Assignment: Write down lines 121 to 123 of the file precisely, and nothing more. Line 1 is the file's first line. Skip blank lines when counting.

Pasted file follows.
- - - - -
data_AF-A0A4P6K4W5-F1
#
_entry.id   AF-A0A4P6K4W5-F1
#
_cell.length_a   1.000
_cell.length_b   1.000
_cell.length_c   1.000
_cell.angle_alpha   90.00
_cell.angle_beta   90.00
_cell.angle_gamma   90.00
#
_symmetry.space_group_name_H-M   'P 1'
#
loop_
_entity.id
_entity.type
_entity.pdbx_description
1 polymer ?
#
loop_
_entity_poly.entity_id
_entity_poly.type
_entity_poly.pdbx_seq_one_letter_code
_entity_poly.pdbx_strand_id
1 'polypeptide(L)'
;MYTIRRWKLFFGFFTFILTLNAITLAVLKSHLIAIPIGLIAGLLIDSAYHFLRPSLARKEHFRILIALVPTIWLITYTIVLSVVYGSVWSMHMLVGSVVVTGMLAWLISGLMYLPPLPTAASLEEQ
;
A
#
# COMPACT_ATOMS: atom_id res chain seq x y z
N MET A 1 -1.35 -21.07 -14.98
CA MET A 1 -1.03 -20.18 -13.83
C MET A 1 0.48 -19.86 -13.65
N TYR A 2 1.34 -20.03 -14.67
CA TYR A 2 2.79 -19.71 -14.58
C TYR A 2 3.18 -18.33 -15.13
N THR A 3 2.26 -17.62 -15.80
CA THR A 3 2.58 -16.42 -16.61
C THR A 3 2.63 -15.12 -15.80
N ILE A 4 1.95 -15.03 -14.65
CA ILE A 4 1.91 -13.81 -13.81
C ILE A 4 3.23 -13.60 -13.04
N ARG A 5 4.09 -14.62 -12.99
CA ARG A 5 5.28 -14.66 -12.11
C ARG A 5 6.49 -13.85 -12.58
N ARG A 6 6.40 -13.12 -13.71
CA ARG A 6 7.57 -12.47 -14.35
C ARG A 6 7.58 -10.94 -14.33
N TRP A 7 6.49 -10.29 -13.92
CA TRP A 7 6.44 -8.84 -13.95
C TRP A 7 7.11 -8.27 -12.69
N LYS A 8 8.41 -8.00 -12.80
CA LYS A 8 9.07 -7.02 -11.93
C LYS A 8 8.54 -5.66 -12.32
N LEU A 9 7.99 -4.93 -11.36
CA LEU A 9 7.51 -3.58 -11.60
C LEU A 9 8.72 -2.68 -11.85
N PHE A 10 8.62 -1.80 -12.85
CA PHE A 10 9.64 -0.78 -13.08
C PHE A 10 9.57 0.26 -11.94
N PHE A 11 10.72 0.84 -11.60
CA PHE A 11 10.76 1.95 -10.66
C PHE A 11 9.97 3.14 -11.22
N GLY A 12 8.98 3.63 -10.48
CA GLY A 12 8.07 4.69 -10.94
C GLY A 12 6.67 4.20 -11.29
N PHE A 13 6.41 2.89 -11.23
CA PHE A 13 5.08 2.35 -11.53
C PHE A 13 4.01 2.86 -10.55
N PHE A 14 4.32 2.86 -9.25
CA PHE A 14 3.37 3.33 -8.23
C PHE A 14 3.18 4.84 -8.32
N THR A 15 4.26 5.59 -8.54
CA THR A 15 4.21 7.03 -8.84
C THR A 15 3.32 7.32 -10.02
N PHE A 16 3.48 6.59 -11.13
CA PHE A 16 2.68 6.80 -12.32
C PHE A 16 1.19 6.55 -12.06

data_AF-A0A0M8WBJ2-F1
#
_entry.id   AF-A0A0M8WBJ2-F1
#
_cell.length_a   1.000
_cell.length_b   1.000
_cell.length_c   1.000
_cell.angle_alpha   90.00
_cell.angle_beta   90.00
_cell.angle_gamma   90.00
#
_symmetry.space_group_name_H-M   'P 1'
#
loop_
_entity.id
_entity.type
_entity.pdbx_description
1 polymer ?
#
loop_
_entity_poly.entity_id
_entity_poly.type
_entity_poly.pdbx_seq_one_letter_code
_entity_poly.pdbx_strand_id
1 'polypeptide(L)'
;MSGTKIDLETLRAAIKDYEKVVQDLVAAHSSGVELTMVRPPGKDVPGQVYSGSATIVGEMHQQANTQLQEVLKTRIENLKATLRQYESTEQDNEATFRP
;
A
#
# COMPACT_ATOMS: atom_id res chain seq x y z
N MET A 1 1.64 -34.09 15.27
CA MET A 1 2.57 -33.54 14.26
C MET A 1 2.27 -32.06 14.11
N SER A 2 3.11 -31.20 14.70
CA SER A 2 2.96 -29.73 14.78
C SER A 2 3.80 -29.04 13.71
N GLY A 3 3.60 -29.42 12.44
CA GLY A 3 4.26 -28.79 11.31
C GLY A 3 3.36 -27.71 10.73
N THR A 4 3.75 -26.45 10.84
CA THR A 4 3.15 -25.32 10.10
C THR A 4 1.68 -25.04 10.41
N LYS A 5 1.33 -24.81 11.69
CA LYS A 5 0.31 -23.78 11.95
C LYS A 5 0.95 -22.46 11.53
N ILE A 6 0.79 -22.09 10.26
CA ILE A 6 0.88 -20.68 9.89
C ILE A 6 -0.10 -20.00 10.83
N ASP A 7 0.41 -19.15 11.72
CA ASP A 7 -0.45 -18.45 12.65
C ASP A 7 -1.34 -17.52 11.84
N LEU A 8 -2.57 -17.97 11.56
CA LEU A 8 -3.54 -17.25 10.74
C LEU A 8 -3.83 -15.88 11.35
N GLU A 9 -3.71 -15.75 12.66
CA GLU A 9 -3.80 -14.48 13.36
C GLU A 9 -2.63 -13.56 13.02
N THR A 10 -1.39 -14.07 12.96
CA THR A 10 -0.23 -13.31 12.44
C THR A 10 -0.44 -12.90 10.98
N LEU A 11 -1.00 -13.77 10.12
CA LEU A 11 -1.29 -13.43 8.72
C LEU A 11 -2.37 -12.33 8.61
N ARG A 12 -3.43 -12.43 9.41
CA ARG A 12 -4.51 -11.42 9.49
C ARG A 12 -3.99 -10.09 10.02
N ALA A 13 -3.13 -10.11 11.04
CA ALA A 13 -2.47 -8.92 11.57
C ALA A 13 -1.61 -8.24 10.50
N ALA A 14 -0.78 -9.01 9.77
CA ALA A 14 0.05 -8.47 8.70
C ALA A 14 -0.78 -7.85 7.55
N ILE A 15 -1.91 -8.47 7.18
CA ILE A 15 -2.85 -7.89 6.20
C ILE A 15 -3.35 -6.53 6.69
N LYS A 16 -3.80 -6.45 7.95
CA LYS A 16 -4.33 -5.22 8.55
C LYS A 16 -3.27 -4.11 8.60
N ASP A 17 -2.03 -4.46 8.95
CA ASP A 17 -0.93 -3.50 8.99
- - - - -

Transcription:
N LYS A 5 1.33 -24.81 11.69
CA LYS A 5 0.31 -23.78 11.95
C LYS A 5 0.95 -22.46 11.53